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Manifesto Check: Plaid’s education reforms more run-of-the-mill than radical

Plaid’s education manifesto comes straight from the history books. from

The stated aim of Plaid Cymru’s education policies is to reclaim Wales’ position as a “beacon of educational excellence”. This reflects concerns about the performance of Welsh education internationally, and in comparison to other nations in the UK, based on recent PISA assessments.

Plaid Cymru does not seek to follow the recent radical reforms in England. Instead, the party conveys a clear set of values and a desire to maintain a distinctly Welsh approach, rooted in a vision of a Welsh progressive community. Plaid Cymru’s actual policies, however, are often short on detail, and do not radically depart from the current system and policies in Wales.

Consensual and collaborative

Plaid Cymru rejects England’s free schools policy, and instead wants to maintain a greater role for local authorities. The party’s manifesto explicitly mentions cooperation with teachers’ unions, building on the consensual model of educational policy development that exists in Wales, compared to the more confrontational stance taken in England.

One of Plaid’s central proposals is for a new national curriculum. The party suggests some changes, not least a greater emphasis on ecological issues such as climate change, Welsh history and culture and languages. But these suggestions don’t depart substantively from the current Curriculum Cymreig.

There is also an emphasis on advanced information and communications technology and coding skills, which appears similar to recent reforms in England. In the light of economic and technological developments, this seems a sensible proposal. But, as the English example has shown, policymakers will need to ensure there is a sufficient number of teachers able to deliver such a programme.

Another key pledge is to provide an additional year of schooling for three to four-year-olds by qualified educational staff. This is particularly important in light of recent findings about how better quality provision in early years can improve outcomes over the long-term. But again, the proposal is rather vague, with no information about funding. This is true of a number of other costly commitments in the document, including more support for pupils from disadvantaged backgrounds, and a programme to replace unsuitable school buildings.

Incremental, not radical

The incremental nature of the manifesto is evident in the proposed relationship with schools. Essentially, the approach is similar to the “earned autonomy” principle, which has formed the basis of many accountability systems across the world, and was introduced in England in the 2002 Education Act.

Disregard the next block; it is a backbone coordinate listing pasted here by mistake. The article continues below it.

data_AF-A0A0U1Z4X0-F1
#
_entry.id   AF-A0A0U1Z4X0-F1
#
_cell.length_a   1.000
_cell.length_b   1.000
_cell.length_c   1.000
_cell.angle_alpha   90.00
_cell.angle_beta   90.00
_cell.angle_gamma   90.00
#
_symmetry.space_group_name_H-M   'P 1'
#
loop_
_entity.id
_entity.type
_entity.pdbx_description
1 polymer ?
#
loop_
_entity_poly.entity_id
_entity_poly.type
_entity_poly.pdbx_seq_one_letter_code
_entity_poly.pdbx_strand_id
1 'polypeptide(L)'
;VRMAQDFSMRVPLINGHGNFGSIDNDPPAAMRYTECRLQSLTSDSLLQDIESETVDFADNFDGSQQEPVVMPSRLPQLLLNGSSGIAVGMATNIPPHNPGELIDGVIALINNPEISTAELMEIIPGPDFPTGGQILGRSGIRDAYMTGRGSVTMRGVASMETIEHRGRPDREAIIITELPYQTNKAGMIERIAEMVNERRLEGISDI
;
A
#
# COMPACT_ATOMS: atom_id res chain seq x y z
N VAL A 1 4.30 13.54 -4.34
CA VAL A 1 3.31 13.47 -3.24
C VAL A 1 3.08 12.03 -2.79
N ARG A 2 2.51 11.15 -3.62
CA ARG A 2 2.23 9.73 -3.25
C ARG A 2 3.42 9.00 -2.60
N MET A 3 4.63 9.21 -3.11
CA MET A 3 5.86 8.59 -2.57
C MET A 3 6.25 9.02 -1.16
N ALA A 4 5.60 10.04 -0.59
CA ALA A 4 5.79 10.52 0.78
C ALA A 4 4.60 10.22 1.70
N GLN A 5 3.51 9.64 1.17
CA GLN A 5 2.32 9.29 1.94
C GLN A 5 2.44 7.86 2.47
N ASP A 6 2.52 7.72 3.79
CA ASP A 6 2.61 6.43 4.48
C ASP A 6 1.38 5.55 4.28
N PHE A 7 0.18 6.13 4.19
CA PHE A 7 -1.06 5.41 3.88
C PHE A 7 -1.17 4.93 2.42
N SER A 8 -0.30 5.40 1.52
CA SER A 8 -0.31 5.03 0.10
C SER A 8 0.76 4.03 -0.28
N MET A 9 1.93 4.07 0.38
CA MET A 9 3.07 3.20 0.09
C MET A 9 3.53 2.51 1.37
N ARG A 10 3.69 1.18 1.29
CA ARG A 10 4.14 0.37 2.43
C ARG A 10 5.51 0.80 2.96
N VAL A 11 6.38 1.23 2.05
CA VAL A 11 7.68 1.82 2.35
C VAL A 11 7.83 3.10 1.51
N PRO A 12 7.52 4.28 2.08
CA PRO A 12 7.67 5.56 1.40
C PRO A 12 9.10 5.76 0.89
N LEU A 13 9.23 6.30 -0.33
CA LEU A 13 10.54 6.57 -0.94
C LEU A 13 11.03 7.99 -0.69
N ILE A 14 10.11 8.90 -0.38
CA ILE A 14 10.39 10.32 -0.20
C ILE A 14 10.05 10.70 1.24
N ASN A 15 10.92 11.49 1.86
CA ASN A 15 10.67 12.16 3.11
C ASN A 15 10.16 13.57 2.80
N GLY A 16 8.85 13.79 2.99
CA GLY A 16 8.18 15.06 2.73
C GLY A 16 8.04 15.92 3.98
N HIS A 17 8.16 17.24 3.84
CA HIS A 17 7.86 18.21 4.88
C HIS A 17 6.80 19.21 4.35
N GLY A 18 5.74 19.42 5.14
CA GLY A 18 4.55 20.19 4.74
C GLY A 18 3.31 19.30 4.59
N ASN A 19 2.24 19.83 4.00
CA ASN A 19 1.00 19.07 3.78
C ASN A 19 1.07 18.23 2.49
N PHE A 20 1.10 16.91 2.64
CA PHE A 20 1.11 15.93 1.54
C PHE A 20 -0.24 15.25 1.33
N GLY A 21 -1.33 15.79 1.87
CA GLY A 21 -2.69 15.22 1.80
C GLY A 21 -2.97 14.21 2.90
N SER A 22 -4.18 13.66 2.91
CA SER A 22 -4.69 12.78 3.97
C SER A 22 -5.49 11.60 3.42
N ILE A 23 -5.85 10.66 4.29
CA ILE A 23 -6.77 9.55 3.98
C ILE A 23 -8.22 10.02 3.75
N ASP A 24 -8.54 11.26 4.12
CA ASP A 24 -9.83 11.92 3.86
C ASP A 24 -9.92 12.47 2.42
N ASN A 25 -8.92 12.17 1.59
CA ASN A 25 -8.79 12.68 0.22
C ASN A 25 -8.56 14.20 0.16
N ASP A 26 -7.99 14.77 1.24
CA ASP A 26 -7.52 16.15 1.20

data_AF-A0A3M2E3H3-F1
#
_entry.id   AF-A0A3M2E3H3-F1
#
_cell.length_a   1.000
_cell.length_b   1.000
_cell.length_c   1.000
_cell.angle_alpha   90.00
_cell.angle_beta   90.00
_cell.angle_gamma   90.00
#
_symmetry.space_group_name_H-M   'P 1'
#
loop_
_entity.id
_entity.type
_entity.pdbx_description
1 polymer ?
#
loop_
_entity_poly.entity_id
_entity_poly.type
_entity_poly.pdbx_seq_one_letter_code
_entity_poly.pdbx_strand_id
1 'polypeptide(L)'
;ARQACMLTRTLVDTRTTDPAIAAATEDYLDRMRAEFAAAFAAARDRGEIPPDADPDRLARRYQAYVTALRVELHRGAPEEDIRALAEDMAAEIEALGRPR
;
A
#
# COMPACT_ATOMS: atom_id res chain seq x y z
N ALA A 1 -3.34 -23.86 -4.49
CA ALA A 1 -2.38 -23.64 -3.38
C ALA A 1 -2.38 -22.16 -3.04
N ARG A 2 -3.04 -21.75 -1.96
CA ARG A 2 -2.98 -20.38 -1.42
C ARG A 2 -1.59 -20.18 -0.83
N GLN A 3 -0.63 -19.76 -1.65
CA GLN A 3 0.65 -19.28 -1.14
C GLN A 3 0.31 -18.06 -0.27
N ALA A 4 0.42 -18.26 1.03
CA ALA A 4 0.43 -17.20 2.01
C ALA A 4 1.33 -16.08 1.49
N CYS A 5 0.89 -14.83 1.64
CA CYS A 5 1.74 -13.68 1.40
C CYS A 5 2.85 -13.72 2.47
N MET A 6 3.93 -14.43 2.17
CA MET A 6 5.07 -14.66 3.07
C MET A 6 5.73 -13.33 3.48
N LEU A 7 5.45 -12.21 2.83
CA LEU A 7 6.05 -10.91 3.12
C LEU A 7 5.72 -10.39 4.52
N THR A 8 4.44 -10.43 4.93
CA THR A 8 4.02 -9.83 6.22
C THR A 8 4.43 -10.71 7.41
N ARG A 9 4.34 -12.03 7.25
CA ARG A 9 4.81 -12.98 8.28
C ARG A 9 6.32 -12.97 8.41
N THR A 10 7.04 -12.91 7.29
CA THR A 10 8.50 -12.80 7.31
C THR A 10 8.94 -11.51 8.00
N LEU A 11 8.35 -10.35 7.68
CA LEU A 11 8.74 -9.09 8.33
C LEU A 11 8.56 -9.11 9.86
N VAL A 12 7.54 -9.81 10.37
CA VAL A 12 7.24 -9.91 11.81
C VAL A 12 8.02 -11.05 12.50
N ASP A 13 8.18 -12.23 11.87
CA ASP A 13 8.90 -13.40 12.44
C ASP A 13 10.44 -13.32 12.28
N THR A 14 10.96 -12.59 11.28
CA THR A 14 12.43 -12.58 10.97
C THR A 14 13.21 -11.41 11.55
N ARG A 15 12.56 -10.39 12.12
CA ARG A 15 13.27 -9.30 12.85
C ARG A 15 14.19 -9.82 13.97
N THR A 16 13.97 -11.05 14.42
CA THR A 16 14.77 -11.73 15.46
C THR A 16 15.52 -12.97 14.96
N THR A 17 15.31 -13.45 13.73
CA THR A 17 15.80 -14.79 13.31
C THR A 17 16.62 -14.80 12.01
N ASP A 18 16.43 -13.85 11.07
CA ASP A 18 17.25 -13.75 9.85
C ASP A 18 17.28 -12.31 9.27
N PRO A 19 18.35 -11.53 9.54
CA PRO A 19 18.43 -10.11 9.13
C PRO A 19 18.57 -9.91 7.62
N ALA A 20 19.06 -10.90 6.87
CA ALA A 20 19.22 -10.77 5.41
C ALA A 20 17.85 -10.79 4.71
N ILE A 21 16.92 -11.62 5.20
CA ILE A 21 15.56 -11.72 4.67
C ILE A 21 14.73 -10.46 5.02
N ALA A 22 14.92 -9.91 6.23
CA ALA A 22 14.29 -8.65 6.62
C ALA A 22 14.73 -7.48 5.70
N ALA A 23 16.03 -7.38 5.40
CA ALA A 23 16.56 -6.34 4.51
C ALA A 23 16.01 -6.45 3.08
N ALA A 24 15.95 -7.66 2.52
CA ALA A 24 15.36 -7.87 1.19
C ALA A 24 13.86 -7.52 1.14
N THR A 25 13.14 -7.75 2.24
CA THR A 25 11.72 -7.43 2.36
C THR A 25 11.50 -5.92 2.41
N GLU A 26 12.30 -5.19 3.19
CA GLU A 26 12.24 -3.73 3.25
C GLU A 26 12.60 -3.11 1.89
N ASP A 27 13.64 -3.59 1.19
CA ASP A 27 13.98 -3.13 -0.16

This means that high performing schools will be given a more light-touch accountability regime, with fewer inspections for schools reaching required standards. Those that don’t are subject to possible spot-check inspections – an approach that carries some risk of engendering too strong a focus on inspections, rather than improvement.

Plaid take credit for the introduction of the Pupil Deprivation Grant (PDG), so it’s not surprising that the party restates its support for this programme and promises to help more schools implement effective support strategies. The PDG is a measure which means schools receive an additional £1,050 for each pupil eligible for free school meals, and £1,150 for each child looked after by the local authority. These sums are to be earmarked specifically for supporting these pupils. As such, it is very similar to England’s Pupil Premium.

A distinguishing policy proposal, which again points to the progressive nature of the manifesto, is a complete ban on hitting children through the abolition of the “reasonable punishment” defence

When in Wales…

Of course, the “Party of Wales” includes an emphasis on the promotion and protection of Welsh language and culture in its manifesto. Plaid aim to do this by ensuring that the existing requirement for local authorities to develop strategic plans to meet the growing demand for Welsh medium education are implemented effectively. Plaid Cymru emphasises the need for students to develop a positive understanding of the history of Wales and local communities through the curriculum. In addition, there is a call for further devolution of powers, to allow the Welsh Assembly to set teachers’ pay and conditions.

Plaid Cymru’s education manifesto is essentially a relatively standard set of centre-left policies, with the added element of protection and promotion of Welsh language and culture. It builds incrementally on current policies in Wales, and will not upset the apple cart. But, by the same turn, it’s unlikely to meet the ambitious aim stated at the beginning of the document.

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